Oregon potentially spent more than $10 million in federal money on impermissible expenses and failed to accurately report data related to several federally funded social services programs during the 2021 fiscal year, state auditors said this week.

Auditors from the Oregon Secretary of State’s Office identified $4.8 million that was spent in violation of federal rules and another $5.2 million that might have also been misspent based on a random sample of expenditures for 18 federal programs, according to the annual Statewide Single Audit released in July and a summary of the audit results released this week.

The federal government uses the findings of Oregon’s annual statewide single audit to ensure compliance with program requirements, determine whether any money used for impermissible expenses must be repaid and decide if any sanctions should be imposed.

Roughly 85% of the questionable spending occurred when the Oregon Health Authority and Department of Administrative Services potentially misused Coronavirus Relief Funds allocated by the federal government, the reports said. Auditors found that the health authority provided grants to over 400 government and non-government organizations, but did not conduct timely or adequate monitoring of those recipients to ensure compliance with federal regulations or verify that grantees weren’t leaving money unspent.

The Oregon Health Authority agreed with the findings and promised that unspent funds would be returned to the U.S. Department of Treasury.

Auditors also determined that there weren’t adequate safeguards in place to ensure that two programs administered by the state – Temporary Assistance for Needy Families and Low-Income Home Energy Assistance – complied with federal guidelines.

The Department of Human Services remained out of compliance with federal requirements related to the Temporary Assistance for Needy Families program for a fourth consecutive year, auditors found. The program provides cash assistance and services to help low-income families with children become self-sufficient.

Auditors found multiple problems with the reports that the department submitted to the federal government. The department improperly excluded several hundred cases a month that should have been included, included thousands of cases a month that shouldn’t have been included and, in one month, only reported 44% of the child welfare cases they were supposed to report, auditors said.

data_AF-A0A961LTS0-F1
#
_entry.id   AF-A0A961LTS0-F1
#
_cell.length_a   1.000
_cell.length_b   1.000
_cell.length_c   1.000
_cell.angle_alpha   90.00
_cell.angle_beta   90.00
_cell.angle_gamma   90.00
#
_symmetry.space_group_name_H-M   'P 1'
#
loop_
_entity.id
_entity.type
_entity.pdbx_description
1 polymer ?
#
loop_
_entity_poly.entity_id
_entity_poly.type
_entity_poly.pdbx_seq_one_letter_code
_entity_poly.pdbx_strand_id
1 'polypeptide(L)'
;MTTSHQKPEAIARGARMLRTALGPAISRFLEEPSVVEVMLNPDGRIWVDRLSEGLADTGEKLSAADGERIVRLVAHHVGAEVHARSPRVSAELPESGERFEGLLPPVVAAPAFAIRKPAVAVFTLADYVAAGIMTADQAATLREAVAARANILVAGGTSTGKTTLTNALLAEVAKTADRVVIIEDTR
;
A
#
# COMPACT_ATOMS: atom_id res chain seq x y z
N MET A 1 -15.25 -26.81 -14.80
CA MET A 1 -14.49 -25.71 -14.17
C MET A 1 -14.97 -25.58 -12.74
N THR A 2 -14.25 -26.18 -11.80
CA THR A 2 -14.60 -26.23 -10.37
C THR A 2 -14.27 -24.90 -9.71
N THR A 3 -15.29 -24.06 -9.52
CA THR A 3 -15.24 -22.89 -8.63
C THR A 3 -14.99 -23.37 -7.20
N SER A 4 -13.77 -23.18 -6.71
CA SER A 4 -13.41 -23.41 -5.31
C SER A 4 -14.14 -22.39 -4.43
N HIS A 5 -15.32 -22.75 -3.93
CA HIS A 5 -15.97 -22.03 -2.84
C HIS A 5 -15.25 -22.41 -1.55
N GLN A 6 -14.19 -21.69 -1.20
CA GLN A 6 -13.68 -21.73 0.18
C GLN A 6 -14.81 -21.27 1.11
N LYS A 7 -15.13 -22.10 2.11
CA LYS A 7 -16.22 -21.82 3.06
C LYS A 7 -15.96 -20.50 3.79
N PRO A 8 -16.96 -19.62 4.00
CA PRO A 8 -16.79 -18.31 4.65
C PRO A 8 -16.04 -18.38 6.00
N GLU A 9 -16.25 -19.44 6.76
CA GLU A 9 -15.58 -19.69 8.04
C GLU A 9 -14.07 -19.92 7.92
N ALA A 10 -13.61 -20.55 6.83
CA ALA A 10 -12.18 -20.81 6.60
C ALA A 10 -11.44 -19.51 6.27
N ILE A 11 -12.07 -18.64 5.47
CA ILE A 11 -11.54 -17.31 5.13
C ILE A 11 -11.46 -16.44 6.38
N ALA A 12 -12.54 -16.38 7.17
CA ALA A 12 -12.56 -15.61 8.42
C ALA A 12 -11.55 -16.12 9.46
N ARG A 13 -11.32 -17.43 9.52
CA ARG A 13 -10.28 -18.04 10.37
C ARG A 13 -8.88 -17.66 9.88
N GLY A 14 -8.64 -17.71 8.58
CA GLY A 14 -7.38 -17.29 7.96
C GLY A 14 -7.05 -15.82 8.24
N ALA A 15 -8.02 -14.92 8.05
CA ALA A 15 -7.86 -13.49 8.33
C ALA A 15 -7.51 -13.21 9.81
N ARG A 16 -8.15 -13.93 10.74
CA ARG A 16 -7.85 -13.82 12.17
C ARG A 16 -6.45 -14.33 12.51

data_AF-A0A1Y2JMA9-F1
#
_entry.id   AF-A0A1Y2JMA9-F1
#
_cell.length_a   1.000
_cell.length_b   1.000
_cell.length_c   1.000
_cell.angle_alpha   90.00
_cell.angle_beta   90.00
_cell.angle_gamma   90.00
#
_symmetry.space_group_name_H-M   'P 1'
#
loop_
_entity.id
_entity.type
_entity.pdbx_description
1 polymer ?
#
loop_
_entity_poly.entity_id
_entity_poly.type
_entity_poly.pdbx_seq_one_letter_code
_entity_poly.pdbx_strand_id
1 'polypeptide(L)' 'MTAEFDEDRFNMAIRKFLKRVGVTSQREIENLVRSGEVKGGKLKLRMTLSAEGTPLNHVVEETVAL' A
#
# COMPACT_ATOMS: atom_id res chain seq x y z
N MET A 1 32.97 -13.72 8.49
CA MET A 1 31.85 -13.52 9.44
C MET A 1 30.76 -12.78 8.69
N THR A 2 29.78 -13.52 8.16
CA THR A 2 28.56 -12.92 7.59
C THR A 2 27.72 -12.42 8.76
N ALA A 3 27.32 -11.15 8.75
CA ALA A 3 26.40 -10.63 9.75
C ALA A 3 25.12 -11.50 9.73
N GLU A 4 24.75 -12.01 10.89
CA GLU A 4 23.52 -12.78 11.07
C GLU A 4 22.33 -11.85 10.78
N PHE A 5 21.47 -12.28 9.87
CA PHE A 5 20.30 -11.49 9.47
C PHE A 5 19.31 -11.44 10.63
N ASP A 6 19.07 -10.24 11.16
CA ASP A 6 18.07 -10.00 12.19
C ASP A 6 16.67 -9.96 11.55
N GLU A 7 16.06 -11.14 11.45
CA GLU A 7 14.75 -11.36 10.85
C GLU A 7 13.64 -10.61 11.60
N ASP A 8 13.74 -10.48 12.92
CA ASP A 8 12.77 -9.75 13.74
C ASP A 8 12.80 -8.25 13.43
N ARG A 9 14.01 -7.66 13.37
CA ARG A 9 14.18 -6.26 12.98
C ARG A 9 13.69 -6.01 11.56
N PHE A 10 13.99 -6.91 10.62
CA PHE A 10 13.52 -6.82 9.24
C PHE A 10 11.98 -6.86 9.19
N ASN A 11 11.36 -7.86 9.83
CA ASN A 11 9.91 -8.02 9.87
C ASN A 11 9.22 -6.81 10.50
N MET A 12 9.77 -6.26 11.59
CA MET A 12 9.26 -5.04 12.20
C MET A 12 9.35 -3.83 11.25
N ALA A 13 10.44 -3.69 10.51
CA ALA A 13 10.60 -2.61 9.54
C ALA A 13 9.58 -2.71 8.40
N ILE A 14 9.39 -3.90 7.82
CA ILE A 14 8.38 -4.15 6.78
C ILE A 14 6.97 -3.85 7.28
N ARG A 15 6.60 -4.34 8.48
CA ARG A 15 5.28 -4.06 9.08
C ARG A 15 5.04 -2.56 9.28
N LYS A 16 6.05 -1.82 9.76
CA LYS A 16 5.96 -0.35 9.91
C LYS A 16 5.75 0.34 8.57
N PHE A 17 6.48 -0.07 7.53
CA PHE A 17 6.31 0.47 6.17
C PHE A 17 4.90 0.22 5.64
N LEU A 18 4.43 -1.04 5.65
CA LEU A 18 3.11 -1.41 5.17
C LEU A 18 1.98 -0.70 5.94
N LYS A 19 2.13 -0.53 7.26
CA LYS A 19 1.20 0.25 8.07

They also found that the department failed to verify household income before providing the benefits, increasing the risk of providing benefits to ineligible individuals.

The faulty reports and the issues with income verification appeared to be a product of the state’s transition in 2021 to the Oregon Eligibility system, an integrated application for medical, food, cash and child care assistance. The Oregonian/OregonLive reported last month on another problem – erroneous denials of long-term care benefits to low-income people in dire need – created by the Oregon Eligibility program’s faulty operations.

In response to auditors’ findings, the Department of Human Services said it would develop a workgroup with policy and business analysts, staff members who worked with the agency’s previous technology system and staff from Deloitte, the lead developer for the Oregon Eligibility system, to ensure that the system, known as ONE, produces accurate data and reports. They said they would also update policies to ensure the income verification process is correctly implemented.

Auditors also identified significant deficiencies with other programs now administered through the ONE system, which was deployed statewide in February 2021.

They found that the department failed to verify the accuracy of the ONE system’s calculations and eligibility determinations after the Supplemental Nutrition Assistance Program was integrated into the system. They found that staff occasionally overrode the determinations that the ONE program made regarding family food assistance, which they said could indicate errors in the system’s calculations. Auditors found that the department ultimately overstated its SNAP federal revenue and expenditures by approximately $2.9 million during fiscal year 2021, a mistake that they said likely occurred due to the transition to the ONE system.

Auditors also found that Oregon Housing and Community Services was out of compliance with federal guidelines because it failed to submit reports on grantees who received funding through the Low-Income Home Energy Assistance Program. The agency agreed with the finding and said it would hire additional staff to ensure that it is adhering to reporting requirements.

— Jamie Goldberg

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